What We Learned About The Market For Commercial WordPress Plugins


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Over the last two weeks we ran a survey about commercial WordPress plugins. As promised, we are sharing the data that was about the market in general that will be useful to everyone. I have some general conclusions to share and have a link to the data itself (no personal information) at the bottom if this post.

I hope this data is useful to others who are in this market, or looking to enter it. Starting a business and maturing it requires data. It is my hope that this data may be useful to others who are evaluating their own position in the market place.

In addition, I know that business research isn’t easy to do. At times, I have had struggled to find the information I need to inform my own decisions or educate potential investors or partners from outside of our community. I’d like to encourage others to share what data they have generated, so that we can all benefit from it and grow the WordPress ecosystem together.

The experience of running the survey was really useful, especially for what it told us about our own products. I’ll be covering some of that, and a lot on why you should run your own survey in a upcoming article for Torque.

What We Learned

Paid Support For Plugins On WordPress.org

This question was “Would You Pay For Support For A Free Plugin?” Obviously all WordPress plugins are free, as they inherit the GPL. But what I meant and explained in the question description was paid support for a no-cost plugin in the WordPress repository.

Paid support for Caldera Forms is something we are considering, so this was interesting to us. Since WordPress.org creates an expectation of free support, I am worried about push back on this. The question was asked on a scale of one to ten. The range slider field did go to eleven, because I couldn’t resist the joke.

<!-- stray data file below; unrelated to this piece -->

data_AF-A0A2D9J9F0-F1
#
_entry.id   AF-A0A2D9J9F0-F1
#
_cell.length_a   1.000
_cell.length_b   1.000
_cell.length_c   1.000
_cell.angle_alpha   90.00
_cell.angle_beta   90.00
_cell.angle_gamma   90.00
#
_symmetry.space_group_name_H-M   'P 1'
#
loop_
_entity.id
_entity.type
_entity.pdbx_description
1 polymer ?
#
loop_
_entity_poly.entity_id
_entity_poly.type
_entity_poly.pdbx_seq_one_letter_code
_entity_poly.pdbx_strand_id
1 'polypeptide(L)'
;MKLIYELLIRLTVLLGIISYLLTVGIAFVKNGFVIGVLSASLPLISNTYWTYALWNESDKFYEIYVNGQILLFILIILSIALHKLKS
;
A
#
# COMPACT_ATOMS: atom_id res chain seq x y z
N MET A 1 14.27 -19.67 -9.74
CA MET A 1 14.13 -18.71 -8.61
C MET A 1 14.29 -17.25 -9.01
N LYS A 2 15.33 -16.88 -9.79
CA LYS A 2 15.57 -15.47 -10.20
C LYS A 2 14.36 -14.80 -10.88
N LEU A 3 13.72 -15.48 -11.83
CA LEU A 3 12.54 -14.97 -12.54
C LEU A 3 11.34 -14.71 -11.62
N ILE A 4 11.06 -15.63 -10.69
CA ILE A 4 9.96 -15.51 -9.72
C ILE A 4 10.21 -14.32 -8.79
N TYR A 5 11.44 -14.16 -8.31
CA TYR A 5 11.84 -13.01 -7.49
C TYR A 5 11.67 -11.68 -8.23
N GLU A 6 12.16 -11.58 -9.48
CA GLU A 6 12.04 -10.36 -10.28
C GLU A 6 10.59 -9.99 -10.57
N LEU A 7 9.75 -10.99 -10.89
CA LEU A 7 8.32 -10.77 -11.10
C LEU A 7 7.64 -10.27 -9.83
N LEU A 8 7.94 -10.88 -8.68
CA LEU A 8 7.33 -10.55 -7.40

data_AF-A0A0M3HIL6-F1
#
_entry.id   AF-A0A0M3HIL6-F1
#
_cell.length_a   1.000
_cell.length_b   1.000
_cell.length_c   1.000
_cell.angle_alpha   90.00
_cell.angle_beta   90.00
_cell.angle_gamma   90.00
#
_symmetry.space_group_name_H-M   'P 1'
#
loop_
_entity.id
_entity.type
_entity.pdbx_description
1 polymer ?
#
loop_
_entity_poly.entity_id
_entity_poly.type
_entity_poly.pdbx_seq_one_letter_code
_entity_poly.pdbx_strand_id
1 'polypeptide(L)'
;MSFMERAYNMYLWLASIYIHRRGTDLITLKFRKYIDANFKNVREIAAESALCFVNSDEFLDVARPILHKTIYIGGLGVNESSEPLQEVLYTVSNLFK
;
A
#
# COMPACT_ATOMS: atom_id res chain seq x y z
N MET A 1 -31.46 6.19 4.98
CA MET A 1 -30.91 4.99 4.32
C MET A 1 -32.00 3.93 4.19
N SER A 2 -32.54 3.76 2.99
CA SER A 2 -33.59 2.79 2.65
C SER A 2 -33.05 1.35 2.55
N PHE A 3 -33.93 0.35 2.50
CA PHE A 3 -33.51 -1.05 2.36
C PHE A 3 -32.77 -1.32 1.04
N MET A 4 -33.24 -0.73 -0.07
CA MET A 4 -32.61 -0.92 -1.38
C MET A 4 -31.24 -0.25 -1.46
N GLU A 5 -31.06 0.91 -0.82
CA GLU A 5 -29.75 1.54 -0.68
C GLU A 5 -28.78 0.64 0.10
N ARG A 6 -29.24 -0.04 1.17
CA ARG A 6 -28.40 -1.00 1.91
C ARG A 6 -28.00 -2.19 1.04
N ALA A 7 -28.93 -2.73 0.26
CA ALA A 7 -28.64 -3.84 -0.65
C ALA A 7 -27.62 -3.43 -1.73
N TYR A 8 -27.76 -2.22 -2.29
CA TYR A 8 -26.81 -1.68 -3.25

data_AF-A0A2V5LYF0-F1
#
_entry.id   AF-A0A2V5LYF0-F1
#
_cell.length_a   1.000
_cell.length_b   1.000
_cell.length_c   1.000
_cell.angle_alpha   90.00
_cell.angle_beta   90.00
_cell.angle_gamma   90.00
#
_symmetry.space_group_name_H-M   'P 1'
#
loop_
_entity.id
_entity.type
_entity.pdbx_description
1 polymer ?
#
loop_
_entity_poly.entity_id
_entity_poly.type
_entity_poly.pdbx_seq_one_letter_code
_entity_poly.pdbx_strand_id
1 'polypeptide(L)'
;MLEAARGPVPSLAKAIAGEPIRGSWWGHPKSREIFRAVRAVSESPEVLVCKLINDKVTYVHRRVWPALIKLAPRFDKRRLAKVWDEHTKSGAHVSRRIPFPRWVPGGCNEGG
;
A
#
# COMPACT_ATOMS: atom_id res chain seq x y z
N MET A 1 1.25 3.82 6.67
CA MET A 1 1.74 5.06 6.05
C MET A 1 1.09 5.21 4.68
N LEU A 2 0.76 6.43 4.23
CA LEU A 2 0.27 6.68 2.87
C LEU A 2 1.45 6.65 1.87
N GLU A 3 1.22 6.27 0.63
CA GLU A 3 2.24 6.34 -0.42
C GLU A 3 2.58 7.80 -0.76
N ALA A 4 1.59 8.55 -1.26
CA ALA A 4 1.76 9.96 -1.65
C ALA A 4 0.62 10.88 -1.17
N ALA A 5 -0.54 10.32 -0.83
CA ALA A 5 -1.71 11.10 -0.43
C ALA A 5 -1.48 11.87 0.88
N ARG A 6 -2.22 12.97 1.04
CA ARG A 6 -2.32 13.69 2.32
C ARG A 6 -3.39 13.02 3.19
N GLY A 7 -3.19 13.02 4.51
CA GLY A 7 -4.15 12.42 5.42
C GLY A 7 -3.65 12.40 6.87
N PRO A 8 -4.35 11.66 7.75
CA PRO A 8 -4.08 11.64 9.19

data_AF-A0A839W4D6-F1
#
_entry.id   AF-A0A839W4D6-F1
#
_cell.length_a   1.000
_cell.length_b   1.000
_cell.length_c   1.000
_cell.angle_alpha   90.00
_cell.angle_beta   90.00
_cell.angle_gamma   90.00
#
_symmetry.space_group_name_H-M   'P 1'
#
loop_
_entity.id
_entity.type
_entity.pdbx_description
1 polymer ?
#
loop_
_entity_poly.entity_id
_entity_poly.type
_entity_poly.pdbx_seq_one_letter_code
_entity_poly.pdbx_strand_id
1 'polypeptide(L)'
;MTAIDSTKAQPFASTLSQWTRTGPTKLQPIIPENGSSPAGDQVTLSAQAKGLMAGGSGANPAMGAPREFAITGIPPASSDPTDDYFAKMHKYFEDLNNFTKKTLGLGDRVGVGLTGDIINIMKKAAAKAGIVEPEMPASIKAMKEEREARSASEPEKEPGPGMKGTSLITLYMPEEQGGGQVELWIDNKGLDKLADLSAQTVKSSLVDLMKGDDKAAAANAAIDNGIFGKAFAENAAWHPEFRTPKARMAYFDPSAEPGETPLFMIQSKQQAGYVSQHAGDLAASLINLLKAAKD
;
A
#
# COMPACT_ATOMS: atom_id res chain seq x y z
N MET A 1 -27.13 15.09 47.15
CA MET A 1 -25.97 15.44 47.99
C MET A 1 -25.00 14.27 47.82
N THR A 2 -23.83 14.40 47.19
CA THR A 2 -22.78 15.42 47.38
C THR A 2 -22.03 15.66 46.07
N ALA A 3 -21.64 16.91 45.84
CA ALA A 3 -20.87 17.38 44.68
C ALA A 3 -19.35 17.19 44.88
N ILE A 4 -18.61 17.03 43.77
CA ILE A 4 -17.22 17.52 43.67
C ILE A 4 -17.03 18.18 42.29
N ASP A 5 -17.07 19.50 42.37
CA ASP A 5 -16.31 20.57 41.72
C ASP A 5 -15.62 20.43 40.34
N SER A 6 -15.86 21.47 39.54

The average response was 5.56. Given that the slider defaulted to 5, I’m not sure what to make of that, but it is not encouraging.

How Many and Who Pays

We asked approximately how many plugins people bought a year, with ranges of 1-5, 5-10, 10-20 or more than 20. The most common answer was 5-10.

That’s encouraging. Given that plugin purchases can be $15-$200, it sounds like people are buying a lot of plugins.

We also asked who pays for the plugins, if they pass the price onto their clients, or if they pay. The data isn’t too clear here, but it seems like most people pay instead of making their clients pay. That matches up with what people generally to tell me when I ask.

That’s also counter to what Syed Balkhi suggested in a recent post. He said that developers letting their clients use their licenses, instead of having them buy their own — through an affiliate link — was leaving money on the table. Also, it is an issue with maintainability in terms of updates and support.

Syed’s point makes sense. I especially like it as a someone who sells plugins. But, I also understand the odd part of telling someone their site will costs $5000 plus they have to buy a list of plugins. Getting some one to pay you is hard enough, getting them to throw in for parts, which you already have is hard. I get that.


We also asked “What Is Your Biggest Challenge Using WordPress Plugins?” This is not qualitative data, so it’s hard to say for sure what we learned. Honestly, I was fishing for attractive qualities to use to describe our plugins and ideas for problems to solve in new products.

There is a lot of good stuff in the results. I encourage any one working on marketing copy for a WordPress product to read through.

Seems like overall, people are most concerned about compatibility issues, performance, support and documentation. None of that is shocking, but it’s also very correct. It’s encouraging actually that people are asking for those things, not over-stuff, do it all feature sets. Someone else should ask the same question of customers of commercial themes and see if they really want 12 sliders.

What Lessons Can You Draw?

I hope my interpretation was useful to you. The public data is in a public Google Sheet. If you have a different take on the data, leave a comment and lets discuss.

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